Crown Won’t Translate French Documents

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Views expressed by individuals in these letters are not necessarily the views of the Anglo Society of New Brunswick

70 Hill Street
Minto N.B.
E4B-4N3
(506)327-6723

Dear Editor,

In response to the September 26th article in a local news paper entitled “Lawyer upset that Crown won’t translate French documents” This is obviously nothing new. I learned from personal experience when I was assaulted by an individual from Quebec who requested the trial be in French. The only translation I received was a highly paid translator whispering a portion of the proceedings in my ear, half of which I could not hear and was most often unable to have repeated. I was informed the reason for not supplying full translation was it would be too expensive. That never appears to be the case when court proceedings and documents are translated from English to French.

The Anglo Society of N.B. commends judge Lordon for bringing this discriminating issue to the attention of New Brunswick tax payers. If this service is available to one language group it should also apply to the other.

There is one issue mentioned in the article that I and the Anglo Society disagree with when Judge Lordon referred to Canada as a bilingual country , which it is not.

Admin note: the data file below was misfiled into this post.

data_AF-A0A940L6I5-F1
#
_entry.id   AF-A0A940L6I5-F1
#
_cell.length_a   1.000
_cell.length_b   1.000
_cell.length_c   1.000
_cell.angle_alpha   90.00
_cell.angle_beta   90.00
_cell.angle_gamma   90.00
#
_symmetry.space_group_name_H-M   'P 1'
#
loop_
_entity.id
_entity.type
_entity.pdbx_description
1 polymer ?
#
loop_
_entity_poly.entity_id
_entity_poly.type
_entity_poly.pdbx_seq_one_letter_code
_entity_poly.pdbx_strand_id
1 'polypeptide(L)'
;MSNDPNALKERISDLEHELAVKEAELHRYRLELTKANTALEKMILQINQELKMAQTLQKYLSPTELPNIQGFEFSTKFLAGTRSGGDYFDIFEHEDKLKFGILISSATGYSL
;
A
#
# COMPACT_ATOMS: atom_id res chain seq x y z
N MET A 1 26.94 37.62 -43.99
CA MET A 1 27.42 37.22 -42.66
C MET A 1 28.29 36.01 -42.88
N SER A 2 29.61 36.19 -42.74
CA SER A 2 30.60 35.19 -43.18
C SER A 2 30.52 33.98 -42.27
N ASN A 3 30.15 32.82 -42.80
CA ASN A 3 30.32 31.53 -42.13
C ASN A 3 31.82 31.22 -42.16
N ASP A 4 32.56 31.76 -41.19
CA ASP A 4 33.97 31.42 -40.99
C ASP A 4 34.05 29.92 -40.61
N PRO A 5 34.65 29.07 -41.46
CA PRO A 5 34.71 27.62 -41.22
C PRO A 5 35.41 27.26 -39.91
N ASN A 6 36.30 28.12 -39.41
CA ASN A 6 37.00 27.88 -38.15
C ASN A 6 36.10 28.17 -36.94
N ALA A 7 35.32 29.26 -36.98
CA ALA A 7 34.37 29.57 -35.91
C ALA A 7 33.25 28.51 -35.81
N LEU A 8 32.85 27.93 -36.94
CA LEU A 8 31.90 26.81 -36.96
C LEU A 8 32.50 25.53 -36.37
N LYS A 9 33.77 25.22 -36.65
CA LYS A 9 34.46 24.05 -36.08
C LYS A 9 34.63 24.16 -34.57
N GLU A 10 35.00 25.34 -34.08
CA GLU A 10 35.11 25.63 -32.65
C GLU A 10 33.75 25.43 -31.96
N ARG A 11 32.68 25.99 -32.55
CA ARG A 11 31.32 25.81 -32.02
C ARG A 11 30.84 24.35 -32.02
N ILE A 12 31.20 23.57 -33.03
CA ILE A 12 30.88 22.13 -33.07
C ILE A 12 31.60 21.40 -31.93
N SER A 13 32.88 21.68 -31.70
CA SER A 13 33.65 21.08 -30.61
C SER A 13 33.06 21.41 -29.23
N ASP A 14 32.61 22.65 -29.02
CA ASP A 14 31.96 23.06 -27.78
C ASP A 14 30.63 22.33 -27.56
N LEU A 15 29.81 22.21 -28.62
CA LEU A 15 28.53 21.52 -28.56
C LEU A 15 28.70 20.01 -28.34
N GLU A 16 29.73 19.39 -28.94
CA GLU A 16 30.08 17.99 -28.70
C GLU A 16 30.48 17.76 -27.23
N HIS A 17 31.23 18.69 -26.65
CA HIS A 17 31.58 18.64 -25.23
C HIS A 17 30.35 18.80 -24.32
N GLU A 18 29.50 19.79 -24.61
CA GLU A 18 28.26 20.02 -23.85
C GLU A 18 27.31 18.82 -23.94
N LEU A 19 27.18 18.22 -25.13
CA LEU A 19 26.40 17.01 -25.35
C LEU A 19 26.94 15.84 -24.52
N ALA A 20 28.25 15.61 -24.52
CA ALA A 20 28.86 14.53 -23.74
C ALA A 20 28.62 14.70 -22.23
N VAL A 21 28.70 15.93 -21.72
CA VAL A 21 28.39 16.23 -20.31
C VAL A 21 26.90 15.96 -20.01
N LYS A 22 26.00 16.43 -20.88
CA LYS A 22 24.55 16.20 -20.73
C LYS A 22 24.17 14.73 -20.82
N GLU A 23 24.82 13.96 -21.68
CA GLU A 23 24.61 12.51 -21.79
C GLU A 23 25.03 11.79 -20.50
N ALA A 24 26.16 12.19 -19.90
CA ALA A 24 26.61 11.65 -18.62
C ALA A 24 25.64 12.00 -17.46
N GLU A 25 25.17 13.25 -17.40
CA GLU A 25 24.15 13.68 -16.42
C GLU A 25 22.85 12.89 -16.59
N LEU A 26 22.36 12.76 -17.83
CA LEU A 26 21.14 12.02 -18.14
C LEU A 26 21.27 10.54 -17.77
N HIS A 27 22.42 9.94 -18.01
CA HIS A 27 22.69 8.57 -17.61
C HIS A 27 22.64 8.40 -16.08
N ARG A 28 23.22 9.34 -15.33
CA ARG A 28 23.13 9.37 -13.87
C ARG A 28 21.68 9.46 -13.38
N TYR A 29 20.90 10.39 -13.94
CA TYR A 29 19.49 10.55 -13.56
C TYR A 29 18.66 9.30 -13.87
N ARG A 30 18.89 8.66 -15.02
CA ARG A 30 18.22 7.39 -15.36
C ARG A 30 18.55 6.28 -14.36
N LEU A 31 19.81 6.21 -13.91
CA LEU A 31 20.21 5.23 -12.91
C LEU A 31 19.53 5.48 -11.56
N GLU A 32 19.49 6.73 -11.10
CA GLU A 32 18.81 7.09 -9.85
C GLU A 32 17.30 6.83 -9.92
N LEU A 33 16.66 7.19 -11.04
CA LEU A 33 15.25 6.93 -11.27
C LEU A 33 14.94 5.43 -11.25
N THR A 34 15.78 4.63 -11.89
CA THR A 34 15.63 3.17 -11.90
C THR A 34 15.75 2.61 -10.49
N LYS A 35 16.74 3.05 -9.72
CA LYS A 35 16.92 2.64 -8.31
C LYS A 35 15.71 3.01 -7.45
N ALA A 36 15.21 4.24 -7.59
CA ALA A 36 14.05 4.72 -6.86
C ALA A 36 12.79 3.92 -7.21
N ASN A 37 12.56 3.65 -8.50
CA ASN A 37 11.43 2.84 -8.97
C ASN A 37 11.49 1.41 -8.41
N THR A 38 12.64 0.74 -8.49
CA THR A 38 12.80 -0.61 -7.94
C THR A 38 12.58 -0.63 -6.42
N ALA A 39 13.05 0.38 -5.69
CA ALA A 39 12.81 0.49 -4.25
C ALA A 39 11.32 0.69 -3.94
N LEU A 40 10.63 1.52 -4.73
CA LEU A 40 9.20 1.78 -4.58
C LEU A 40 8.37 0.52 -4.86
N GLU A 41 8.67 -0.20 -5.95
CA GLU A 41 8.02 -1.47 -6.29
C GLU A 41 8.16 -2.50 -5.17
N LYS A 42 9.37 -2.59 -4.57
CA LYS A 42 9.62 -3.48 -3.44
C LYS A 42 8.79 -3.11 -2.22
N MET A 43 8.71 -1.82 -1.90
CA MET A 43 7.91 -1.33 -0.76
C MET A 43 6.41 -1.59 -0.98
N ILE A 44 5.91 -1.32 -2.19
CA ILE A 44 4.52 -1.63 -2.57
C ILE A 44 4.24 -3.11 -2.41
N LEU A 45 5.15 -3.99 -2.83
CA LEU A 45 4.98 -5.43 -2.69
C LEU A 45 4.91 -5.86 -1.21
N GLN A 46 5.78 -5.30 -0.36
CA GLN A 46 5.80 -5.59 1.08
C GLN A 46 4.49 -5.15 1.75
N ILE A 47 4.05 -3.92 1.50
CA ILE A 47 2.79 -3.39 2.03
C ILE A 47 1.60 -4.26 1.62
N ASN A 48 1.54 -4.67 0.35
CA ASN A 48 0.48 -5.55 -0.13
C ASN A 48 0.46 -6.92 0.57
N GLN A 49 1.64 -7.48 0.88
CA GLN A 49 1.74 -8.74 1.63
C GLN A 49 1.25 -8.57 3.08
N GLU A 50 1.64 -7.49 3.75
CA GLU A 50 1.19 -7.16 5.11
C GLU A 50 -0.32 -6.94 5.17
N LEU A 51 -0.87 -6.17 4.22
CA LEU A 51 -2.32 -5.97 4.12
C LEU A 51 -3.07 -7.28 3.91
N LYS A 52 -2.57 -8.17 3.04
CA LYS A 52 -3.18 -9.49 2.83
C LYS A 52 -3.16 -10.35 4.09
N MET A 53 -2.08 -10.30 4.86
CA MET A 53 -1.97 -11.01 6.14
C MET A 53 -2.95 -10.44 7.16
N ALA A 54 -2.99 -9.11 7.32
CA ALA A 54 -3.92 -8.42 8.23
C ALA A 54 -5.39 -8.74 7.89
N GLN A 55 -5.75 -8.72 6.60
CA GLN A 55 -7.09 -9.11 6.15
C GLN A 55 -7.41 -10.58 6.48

How can Canada be a bilingual country when one province ” Quebec ” with 22% of the population refuses to have anything to do with official “forced” bilingualism on the grounds that it’s too expensive and would siphen much needed revenue from essential services. We are still witnessing the N.B. language commissioner yanging about the need for more bilingualism “French” in management positions.

How much longer can this small province with a limited tax base continue to provide duplication at an ever increasing rate? In other words run two provinces on one public purse. Could the long range plan be to convert N.B. into a unilingual French province following Quebec ‘s example? One can easily determine that the political machinery works, because it is a united minority acting against a divided majority.

By what right does a minority force it’s language on a majority?

Sincerely,

Matthew Glenn
President, Anglo Society of N.B

www.asnb.ca.

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